M47 was discovered by Giovanni Batista Hodierna before 1654 and catalogued by Charles Messier in 1771. M47 is an open cluster, meaning that it contains young stars with the same age, composition, and distance. It is estimated to be 78 million years old at a distance of about 1,600 light-years. M47 has only 50 or so stars confirmed to be a part of the cluster.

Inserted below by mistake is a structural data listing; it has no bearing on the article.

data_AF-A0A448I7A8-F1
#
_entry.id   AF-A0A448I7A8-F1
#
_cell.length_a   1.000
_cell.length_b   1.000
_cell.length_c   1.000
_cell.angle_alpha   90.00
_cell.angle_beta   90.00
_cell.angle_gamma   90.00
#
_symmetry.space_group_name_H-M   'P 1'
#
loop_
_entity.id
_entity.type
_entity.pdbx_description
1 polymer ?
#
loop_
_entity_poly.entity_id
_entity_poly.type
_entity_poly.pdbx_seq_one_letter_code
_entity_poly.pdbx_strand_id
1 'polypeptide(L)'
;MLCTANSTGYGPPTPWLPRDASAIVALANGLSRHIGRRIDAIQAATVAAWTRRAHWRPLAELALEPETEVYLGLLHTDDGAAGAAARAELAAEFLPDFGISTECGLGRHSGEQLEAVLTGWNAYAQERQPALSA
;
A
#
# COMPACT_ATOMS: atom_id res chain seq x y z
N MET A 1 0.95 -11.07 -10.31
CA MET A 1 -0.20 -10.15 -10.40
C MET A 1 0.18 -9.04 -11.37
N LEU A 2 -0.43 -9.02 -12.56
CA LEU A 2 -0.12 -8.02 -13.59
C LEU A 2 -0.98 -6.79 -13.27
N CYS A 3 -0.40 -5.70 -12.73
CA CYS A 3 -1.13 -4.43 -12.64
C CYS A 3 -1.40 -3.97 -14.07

Image: Andrea Tamanti
(I apologise for not providing my usual two images…)
Commonly called “the Seven Sisters”, M45 is one of the most well-known night-sky objects ever. Located in the constellation Taurus, M45 has deep historical roots reaching back to early human times. As it is an open cluster, it is a fairly young cluster with same chemical composition, age, and distance. Although it was catalogued by Charles Messier in 1771, it was first telescopically observed by Galileo Galilei in 1610. If you’re looking to see M45, check your local night sky closer to the spring!